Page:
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Dehydroepiandrosterone (DHEA) and dehydroepiandrosterone-sulfate (DHEA-S) are the most abundant steroids produced by the human adrenal gland. DHEA-S, sometimes considered as a plasma "reservoir" for the hormone, appears in the circulation at about one thousand times the concentration of DHEA, is water soluble, and is capable of being bound to albumin. Although it is DHEA that has been identified as having biological activity, the cellular receptor for, and molecular mode of action of, DHEA and DHEA-S remains uncertain. Depending upon the species and tissue, the possibilities for the former seem to include the NMDA sigma receptor, the GABAA receptor, the estrogen receptor, and the PPAR alpha receptor. In addition, and further complicating the situation, is the possibility that DHEA and DHEA-S work indirectly on target tissues, either following conversion into more potent steroids (including estrogen and testosterone), through another mediator, or as an antagonist to still another potent steroid, cortisol.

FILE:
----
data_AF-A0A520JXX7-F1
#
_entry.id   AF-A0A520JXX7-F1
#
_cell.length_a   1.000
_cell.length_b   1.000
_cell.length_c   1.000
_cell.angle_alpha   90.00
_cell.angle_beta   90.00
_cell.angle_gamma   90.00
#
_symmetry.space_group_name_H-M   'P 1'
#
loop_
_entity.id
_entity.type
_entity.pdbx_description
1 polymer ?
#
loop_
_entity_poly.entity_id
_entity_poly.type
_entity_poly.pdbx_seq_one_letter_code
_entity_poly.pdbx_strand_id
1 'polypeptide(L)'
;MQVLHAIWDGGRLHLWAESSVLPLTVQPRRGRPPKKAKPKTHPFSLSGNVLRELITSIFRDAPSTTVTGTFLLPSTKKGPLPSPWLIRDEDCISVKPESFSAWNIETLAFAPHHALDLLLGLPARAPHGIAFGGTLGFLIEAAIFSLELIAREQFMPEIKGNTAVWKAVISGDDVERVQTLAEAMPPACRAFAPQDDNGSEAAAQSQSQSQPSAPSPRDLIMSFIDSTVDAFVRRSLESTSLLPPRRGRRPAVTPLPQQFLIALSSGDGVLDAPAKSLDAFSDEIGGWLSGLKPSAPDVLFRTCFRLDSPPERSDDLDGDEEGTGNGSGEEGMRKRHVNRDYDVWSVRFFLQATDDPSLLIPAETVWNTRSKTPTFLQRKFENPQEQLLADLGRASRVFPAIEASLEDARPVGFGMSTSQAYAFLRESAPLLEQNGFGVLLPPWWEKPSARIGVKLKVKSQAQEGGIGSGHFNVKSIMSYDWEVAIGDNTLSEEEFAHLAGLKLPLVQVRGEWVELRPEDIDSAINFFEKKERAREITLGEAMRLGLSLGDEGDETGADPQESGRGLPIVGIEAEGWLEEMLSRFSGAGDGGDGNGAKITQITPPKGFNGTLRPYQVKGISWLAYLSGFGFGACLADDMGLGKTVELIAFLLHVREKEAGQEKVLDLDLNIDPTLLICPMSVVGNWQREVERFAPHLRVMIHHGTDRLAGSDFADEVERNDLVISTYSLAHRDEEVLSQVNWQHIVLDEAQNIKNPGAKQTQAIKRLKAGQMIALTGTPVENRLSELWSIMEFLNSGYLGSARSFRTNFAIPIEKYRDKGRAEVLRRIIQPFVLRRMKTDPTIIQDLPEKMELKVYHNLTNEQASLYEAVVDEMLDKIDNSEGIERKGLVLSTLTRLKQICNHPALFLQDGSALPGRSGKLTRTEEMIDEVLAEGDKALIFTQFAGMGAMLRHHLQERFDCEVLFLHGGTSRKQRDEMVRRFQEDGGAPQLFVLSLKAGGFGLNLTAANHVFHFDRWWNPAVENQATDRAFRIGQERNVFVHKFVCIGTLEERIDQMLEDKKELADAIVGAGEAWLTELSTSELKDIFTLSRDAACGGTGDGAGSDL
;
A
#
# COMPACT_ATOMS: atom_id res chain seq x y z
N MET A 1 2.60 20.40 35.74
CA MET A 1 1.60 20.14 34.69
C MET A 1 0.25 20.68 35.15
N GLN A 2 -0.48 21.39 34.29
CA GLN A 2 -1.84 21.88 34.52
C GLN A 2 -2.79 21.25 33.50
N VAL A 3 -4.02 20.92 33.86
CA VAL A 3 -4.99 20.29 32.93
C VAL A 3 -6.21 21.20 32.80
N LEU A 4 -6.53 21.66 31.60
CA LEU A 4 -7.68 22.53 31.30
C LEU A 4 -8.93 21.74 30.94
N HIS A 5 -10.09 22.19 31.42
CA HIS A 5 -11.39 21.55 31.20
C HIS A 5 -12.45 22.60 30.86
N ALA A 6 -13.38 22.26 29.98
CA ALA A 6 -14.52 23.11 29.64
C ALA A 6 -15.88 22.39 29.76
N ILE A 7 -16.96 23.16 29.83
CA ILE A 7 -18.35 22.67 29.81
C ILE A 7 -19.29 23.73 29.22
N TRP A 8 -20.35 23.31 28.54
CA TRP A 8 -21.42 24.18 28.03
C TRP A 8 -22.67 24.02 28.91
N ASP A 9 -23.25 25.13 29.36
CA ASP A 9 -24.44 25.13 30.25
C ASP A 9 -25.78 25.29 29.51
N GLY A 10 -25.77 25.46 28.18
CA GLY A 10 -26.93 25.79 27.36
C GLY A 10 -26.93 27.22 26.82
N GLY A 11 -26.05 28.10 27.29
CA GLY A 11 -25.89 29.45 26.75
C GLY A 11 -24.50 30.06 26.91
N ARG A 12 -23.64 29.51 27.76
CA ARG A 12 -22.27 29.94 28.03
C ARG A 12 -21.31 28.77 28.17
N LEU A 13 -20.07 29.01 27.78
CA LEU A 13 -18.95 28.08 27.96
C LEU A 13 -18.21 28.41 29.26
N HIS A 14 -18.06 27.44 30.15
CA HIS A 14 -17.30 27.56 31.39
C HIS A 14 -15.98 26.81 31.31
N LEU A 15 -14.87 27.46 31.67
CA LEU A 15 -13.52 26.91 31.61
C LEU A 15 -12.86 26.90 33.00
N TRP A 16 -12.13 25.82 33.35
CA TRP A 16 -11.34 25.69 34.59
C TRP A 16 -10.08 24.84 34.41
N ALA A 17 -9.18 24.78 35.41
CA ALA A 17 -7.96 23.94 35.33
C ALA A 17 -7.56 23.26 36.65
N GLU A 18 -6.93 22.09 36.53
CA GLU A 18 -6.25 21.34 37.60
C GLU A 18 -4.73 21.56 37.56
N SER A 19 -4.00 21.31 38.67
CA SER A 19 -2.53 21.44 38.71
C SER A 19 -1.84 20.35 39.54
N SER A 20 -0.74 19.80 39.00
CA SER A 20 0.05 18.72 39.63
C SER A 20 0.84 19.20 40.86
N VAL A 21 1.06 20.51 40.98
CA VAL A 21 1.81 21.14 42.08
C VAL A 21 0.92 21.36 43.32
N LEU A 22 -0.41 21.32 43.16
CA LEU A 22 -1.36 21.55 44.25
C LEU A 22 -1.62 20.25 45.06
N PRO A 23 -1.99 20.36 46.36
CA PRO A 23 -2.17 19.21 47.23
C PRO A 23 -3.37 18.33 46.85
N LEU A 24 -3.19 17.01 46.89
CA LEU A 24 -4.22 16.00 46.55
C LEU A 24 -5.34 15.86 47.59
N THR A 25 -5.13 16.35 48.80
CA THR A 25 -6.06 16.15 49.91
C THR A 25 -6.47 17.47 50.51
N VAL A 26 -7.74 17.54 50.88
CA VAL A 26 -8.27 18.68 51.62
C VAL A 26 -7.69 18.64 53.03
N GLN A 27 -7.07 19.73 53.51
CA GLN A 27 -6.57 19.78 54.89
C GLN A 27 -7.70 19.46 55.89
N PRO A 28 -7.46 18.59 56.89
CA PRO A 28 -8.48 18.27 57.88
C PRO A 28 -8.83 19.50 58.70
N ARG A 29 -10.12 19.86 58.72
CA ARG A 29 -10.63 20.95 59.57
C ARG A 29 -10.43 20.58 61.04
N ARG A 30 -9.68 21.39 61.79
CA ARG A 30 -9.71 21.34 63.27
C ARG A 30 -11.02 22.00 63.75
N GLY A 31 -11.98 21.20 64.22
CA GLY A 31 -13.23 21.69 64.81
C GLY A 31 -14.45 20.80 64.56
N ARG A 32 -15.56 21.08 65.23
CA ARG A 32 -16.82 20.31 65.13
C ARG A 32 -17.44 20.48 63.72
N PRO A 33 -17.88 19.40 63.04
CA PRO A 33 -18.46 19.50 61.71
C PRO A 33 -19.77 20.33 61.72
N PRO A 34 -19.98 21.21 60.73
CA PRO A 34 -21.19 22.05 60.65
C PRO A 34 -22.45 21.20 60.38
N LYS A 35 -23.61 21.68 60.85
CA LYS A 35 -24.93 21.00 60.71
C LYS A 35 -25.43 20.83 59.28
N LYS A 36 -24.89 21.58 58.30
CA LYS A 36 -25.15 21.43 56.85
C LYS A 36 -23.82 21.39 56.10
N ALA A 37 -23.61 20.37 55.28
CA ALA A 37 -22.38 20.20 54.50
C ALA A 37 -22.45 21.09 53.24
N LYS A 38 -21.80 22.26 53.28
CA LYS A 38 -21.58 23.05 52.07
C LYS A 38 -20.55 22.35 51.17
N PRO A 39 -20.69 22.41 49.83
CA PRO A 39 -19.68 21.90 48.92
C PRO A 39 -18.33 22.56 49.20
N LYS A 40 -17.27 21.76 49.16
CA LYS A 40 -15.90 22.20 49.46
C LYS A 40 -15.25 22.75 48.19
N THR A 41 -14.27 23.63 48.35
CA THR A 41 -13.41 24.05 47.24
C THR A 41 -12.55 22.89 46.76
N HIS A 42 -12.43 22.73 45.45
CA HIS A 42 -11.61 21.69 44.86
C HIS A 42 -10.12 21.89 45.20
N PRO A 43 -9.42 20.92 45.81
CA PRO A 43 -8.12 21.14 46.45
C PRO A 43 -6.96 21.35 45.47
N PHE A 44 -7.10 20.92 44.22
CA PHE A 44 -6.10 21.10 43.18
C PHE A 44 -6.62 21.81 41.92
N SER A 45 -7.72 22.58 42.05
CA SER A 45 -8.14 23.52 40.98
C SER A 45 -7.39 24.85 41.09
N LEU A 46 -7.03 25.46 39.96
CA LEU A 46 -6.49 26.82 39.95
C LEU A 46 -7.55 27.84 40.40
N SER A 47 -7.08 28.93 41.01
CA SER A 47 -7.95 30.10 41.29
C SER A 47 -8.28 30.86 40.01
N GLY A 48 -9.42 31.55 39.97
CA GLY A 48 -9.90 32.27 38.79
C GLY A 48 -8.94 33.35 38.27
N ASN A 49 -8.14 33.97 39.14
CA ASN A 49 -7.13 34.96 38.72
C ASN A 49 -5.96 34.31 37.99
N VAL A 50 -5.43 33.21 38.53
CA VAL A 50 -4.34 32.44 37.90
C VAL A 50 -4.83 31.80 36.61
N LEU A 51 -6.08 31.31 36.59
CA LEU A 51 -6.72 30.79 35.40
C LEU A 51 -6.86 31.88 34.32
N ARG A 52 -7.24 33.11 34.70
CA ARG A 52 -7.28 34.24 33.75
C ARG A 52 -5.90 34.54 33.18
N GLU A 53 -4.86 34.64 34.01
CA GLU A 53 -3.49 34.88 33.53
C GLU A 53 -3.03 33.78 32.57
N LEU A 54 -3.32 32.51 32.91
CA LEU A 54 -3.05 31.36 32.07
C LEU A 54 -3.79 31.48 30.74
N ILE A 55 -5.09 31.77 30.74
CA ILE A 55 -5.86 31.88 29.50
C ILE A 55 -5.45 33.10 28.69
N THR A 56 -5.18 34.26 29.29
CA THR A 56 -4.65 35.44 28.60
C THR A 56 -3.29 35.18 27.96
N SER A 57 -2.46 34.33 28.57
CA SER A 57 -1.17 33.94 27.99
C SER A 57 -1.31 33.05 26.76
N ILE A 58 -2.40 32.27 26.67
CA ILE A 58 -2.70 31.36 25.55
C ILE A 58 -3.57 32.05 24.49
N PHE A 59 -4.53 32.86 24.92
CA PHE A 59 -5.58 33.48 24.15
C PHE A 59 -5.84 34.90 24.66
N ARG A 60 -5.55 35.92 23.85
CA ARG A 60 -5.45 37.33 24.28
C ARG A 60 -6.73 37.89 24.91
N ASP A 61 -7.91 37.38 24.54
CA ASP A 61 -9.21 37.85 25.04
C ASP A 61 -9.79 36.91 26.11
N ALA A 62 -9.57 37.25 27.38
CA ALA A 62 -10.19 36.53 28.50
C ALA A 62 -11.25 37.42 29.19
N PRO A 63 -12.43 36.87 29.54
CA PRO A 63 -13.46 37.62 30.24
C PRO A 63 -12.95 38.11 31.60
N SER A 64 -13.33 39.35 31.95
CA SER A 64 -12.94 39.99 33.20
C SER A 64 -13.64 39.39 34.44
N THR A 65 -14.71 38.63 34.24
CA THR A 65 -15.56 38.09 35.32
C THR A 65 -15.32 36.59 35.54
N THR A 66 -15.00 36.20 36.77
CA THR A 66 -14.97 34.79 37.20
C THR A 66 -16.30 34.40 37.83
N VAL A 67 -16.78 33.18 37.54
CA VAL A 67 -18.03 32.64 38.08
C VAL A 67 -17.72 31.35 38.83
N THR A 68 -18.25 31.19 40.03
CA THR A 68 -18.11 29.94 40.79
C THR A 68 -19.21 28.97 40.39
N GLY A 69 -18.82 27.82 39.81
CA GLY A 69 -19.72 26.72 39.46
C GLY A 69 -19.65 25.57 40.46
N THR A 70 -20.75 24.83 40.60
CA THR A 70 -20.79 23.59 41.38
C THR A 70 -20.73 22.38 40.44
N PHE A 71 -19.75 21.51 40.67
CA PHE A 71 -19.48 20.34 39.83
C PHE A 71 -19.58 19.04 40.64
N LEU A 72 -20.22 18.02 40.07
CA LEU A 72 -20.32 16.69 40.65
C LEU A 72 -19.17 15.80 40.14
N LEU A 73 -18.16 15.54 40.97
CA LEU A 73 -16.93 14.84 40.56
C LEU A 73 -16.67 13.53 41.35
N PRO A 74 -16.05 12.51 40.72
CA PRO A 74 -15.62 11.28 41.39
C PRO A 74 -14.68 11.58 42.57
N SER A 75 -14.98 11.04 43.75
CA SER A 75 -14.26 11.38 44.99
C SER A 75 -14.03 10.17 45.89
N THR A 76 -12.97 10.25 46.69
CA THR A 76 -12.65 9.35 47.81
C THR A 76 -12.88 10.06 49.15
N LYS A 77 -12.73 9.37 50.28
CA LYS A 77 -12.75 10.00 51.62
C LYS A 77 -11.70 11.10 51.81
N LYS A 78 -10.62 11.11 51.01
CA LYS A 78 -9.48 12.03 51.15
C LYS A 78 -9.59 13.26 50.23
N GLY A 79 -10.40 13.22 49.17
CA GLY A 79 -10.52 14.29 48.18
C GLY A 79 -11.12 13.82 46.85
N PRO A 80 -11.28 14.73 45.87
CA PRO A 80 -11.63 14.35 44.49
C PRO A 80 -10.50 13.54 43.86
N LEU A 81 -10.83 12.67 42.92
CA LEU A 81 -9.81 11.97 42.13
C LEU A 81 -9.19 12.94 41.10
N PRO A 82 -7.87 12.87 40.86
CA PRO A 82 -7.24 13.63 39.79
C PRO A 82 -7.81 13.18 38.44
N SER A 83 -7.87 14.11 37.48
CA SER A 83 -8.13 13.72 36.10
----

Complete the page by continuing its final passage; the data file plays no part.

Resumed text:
DHEA and DHEA-S are synthesized in large amounts by the fetal adrenal gland, with the levels dropping dramatically in newborn and in children. Beginning in about middle -adolescence, and coincident with the development of the zona reticularis in the adrenal cortex, the levels begin to rise sharply again. This onset of heightened activity of the adrenal gland is referred to as adrenarche. At about puberty, the blood hormone levels in boys and girls are similar; thereafter the serum concentration in males begins to exceed that of females. In both sexes, the levels of circulating DHEA and DHEA-S reach their peak during young adult life. Subsequently, in humans and other higher primates, the levels of DHEA and DHEA-S undergo, on average, a steady decline with advancing age. In humans, this decline in circulating hormone reaches about 30 percent of young adult levels by about age 65 years and about 10 percent by age 85 and older. The reduction in DHEA/DHEA-S is thought to result, at least in part, from an involution of the zona reticularis. The latter, age-associated change in adrenal gland structure and DHEA production is referred to as adrenopause.